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According to the canonical tale, Franklin realized the dangers of using conductive rods and instead used a kite. According to the legend, Franklin kept the string of the kite dry at his end to insulate him while the rest of the string was allowed to get wet in the rain to provide conductivity. A house key was attached to the string and connected to a Leyden jar (a primitive capacitor), which Franklin assumed would accumulate electricity from the lightning. The kite wasn’t struck by visible lightning (had it done so, Franklin would almost certainly have been killed) but Franklin did notice that the strings of the kite were repelling each other and deduced that the Leyden jar was being charged. Franklin reportedly received a mild shock by moving his hand near the key afterwards, because as he had estimated, lightning had negatively charged the key and the Leyden jar, proving the electric nature of lightning.

Fearing that the test would fail, or that he would be ridiculed, Franklin took only his son to witness the experiment, and then published the accounts of the test in third person. The standard account of Franklin’s experiment was disputed following an investigation and experiments based on contemporaneous records by science historian Tom Tucker, the results of which were published in 2003. According to Tucker, Franklin never performed the experiment, and the kite as described is incapable of performing its alleged role. Further doubt about the standard account has been cast by an investigation by the television series MythBusters. The team found evidence that Franklin would have received a fatal current through his heart had the event actually occurred. Nevertheless, they confirmed that certain aspects of the experiment were feasible – specifically, the ability of a kite with sufficiently damp string to receive and send to the ground the electrical energy delivered by a lightning strike.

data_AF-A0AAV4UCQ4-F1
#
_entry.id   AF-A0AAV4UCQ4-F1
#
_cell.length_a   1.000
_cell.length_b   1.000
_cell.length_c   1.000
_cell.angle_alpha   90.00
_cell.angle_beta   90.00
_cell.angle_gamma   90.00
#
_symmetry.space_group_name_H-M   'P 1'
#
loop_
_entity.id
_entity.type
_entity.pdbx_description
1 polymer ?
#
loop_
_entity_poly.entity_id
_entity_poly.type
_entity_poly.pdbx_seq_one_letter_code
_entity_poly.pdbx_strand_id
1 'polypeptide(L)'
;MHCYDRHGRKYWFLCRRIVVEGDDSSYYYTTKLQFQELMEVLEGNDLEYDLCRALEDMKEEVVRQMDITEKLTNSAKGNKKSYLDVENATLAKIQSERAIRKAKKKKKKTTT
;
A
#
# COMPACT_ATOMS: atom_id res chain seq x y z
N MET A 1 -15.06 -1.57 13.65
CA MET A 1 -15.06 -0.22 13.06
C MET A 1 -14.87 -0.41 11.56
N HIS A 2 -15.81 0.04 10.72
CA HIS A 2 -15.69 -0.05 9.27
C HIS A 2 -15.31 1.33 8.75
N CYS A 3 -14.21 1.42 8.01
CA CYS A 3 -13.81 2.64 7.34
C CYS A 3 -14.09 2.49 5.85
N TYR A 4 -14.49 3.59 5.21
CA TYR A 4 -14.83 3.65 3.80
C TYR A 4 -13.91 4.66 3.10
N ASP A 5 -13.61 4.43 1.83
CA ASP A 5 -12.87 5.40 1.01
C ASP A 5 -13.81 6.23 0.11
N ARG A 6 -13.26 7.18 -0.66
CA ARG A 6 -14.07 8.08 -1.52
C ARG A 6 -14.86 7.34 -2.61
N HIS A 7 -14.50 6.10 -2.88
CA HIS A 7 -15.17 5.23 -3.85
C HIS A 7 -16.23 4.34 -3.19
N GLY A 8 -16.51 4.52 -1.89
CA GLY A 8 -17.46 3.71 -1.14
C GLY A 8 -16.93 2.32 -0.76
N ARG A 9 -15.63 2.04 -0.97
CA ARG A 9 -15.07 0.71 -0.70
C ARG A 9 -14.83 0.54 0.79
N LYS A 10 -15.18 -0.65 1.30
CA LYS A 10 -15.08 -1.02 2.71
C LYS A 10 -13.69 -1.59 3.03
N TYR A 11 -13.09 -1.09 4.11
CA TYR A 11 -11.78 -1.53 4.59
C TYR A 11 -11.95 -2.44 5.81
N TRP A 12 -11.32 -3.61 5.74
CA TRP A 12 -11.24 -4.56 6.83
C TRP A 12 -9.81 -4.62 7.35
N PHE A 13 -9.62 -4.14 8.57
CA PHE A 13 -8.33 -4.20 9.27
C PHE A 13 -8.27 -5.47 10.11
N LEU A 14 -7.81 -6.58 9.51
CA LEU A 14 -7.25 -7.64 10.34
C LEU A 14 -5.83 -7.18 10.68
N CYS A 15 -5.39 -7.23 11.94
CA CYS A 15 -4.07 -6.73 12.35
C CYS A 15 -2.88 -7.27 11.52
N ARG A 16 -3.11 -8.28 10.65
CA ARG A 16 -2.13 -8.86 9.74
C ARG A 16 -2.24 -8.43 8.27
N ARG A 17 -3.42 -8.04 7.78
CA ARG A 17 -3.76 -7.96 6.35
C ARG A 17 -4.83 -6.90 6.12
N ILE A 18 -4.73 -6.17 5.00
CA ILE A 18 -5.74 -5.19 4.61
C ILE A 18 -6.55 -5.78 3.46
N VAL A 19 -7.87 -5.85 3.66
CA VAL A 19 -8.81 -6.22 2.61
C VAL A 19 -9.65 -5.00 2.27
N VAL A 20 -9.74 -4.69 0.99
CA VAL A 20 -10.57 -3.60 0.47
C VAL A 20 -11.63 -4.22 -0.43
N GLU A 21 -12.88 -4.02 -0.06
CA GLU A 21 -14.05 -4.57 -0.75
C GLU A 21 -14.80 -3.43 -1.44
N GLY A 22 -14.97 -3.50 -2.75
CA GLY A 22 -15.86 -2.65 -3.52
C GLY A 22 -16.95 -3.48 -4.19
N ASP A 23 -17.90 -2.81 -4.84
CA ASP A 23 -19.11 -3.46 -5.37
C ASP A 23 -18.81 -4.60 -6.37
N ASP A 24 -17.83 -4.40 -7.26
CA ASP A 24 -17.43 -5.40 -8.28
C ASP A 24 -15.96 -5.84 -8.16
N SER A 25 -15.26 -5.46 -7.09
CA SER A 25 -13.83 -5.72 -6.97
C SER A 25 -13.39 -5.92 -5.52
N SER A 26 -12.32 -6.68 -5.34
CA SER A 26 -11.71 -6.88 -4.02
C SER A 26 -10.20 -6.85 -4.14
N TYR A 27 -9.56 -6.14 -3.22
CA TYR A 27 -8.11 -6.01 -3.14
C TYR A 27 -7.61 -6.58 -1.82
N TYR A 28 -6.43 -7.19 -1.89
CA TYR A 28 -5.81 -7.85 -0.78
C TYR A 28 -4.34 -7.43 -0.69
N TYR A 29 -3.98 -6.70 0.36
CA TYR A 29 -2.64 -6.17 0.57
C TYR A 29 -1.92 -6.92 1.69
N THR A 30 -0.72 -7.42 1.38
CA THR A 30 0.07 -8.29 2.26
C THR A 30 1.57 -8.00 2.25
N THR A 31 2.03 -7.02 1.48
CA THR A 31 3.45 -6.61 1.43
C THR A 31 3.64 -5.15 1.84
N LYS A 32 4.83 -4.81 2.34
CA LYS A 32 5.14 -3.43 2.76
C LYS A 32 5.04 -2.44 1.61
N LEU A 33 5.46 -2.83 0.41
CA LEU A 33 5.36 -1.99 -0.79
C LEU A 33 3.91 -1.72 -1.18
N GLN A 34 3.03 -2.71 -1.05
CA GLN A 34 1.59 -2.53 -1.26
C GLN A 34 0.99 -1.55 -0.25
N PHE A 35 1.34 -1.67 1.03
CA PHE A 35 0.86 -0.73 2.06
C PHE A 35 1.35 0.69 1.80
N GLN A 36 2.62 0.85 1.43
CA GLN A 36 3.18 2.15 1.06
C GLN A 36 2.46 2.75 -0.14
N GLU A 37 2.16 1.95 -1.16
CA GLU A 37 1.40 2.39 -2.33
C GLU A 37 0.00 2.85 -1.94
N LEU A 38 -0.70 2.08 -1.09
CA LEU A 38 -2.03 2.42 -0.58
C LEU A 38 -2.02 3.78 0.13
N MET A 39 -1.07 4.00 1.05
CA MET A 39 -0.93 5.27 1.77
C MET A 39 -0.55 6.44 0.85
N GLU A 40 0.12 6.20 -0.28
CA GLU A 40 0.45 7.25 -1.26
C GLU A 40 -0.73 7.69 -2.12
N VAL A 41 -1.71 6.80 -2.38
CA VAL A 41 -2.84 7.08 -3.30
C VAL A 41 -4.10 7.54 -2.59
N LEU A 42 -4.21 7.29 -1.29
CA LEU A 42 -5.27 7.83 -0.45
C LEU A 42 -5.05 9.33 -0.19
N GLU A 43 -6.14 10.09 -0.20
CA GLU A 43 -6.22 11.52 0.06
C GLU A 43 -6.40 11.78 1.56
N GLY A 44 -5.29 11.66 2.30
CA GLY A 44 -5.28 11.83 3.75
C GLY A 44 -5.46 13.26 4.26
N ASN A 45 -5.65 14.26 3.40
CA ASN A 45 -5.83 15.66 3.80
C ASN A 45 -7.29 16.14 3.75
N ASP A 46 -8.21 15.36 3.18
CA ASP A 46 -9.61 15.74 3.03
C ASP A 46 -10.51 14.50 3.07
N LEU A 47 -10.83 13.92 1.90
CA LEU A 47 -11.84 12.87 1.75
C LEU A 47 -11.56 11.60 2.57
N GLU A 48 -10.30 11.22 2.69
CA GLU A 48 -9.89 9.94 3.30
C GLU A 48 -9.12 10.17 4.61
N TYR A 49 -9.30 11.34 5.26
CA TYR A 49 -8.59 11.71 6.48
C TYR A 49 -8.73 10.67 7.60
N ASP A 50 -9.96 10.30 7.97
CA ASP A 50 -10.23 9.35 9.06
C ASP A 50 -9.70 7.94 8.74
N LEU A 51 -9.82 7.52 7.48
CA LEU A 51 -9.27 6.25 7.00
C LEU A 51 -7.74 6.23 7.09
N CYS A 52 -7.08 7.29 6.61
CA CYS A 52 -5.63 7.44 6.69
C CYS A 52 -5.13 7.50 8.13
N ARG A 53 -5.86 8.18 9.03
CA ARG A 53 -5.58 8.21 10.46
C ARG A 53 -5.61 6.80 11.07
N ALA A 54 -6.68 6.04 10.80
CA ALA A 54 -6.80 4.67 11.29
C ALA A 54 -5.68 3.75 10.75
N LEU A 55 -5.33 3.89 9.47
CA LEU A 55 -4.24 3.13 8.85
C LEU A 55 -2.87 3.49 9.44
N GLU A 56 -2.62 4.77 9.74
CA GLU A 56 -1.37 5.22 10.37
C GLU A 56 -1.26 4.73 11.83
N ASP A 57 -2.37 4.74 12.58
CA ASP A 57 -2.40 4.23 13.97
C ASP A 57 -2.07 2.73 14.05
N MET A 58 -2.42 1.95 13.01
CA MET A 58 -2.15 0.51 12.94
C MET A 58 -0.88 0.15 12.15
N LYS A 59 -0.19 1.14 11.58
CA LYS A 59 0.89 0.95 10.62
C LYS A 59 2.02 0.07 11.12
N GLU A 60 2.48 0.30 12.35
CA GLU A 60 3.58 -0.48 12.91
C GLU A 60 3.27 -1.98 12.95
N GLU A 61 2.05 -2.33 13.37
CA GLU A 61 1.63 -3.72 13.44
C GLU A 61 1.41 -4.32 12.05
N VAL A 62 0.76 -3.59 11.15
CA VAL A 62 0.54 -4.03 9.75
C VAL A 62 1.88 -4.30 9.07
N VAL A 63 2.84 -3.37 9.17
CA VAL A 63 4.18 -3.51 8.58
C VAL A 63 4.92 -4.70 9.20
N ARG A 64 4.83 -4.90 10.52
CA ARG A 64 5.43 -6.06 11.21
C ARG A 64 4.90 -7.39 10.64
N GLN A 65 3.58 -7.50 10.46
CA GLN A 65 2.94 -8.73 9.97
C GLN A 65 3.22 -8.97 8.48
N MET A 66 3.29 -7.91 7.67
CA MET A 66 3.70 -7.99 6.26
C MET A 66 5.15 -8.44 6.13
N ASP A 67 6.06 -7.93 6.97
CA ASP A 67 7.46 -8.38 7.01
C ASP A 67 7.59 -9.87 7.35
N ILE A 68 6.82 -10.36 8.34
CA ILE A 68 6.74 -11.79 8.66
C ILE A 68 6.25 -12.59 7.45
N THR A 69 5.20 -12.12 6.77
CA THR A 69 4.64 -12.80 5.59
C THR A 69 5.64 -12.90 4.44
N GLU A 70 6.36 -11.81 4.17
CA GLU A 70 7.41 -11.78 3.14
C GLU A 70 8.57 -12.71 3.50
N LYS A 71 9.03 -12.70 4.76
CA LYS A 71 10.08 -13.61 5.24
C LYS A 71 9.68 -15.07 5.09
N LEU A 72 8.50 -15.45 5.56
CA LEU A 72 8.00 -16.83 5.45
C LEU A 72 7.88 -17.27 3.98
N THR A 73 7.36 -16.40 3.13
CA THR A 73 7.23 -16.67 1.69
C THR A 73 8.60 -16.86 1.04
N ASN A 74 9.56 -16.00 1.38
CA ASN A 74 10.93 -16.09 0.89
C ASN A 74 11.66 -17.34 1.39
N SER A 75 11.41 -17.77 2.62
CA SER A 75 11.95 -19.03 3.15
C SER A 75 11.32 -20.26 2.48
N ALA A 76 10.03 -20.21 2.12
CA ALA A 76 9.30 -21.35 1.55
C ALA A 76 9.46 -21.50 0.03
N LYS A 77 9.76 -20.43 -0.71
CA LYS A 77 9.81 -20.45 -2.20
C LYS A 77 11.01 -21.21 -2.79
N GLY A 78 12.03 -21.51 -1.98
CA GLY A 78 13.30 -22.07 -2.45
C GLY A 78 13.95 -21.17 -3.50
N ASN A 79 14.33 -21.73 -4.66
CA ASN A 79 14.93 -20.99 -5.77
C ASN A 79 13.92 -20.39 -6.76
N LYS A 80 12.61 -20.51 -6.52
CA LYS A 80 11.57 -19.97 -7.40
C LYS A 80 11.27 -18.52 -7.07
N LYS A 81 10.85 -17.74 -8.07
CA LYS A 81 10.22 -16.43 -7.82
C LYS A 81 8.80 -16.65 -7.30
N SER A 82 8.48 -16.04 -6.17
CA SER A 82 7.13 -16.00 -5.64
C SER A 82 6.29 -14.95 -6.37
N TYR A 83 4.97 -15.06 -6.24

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Franklin was purportedly the master of the pithy aphorism. “Early to bed and early to rise, makes a man healthy wealthy and wise,” for example, is found in the 1735 edition of his Poor Richard’s Almanack, and is typical in that its attribution to Franklin is only partially accurate. Yes, he printed the saying; no, he did not create it. The earliest known record of a proverb that approximates to Franklin’s comes from The Book of St. Albans, printed in 1486: